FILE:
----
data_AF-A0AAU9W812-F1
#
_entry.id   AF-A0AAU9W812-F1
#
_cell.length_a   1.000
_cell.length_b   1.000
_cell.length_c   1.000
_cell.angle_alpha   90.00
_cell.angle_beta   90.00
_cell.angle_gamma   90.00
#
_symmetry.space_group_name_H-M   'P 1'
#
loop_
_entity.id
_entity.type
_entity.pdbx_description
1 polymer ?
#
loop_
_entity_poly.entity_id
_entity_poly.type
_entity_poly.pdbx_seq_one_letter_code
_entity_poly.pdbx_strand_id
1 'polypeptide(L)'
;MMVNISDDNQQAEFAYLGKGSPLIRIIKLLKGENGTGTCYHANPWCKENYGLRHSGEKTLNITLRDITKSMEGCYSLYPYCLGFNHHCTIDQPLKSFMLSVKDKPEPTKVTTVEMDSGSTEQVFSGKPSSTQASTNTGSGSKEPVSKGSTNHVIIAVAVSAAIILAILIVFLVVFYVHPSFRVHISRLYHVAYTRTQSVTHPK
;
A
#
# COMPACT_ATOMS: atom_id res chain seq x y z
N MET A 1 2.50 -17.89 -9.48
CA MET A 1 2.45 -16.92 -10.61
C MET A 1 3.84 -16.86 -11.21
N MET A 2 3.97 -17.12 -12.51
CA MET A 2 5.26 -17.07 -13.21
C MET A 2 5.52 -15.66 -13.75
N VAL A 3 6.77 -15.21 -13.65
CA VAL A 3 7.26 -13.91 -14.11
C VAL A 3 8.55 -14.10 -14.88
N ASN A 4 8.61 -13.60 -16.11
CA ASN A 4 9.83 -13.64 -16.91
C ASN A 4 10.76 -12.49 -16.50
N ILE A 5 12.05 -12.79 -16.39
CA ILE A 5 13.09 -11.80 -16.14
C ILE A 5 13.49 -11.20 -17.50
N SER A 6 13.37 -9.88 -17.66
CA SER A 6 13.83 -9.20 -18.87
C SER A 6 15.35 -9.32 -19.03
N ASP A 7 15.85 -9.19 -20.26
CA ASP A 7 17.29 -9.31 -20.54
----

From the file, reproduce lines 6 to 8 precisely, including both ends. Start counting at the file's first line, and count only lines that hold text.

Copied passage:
_cell.length_b   1.000
_cell.length_c   1.000
_cell.angle_alpha   90.00